The economic recovery, such as it is, has been a big business experience for a while now, with small companies largely left out of the party.
And there's evidence that's still true.
Consider data from American Express OPEN, using numbers from the US Census Bureau. It found that large, publicly traded companies are 3 percent of US businesses, but employ 53 percent of all workers and make 64 percent of business revenues. In 1997, they employed 43 percent of all workers and generated 55 percent of revenues. Privately held firms, however, account for 97 percent of all businesses, but contribute 47 percent of jobs and 36 percent of revenue.
And a study by Wells Fargo/Gallup of 602 small business owners' expectations have plummeted. The index was 0 compared to 12 the quarter before. (It should be noted it was below 0 in 2009 and 2010).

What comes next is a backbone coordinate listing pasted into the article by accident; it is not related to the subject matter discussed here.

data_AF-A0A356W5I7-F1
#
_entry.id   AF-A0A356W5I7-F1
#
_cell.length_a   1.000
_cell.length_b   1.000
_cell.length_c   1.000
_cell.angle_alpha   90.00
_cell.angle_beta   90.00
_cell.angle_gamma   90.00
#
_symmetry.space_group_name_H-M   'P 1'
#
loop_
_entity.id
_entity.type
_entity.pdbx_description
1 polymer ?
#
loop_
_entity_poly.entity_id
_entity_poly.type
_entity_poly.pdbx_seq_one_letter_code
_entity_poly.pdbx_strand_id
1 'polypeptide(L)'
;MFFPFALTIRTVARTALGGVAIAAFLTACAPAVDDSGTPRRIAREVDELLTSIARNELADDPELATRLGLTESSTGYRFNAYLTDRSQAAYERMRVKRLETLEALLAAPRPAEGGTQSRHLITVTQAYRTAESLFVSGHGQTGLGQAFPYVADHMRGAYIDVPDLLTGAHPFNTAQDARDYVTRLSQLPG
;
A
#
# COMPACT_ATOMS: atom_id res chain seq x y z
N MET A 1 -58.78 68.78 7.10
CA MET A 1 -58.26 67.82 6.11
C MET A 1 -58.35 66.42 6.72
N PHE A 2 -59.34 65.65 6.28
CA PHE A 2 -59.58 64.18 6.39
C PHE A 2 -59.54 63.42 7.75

Then there's work from the National Federation of Independent Business indicating that optimism among the 811 small business owners surveyed dropped by 3 percent in April. Weak demand was cited as the primary culprit.
Why the gap? As I've written before, big companies are able to take advantage of the low dollar and growth of emerging markets in a big way, at the same time that they continue to have better access to credit than smaller folks. (Also check out this from Emergent Research, which has written about what it calls a "two-speed economy").
While some banks are supposed to be trying to loosen lending to small companies, this bifurcated recovery is likely to keep up for the foreseeable future.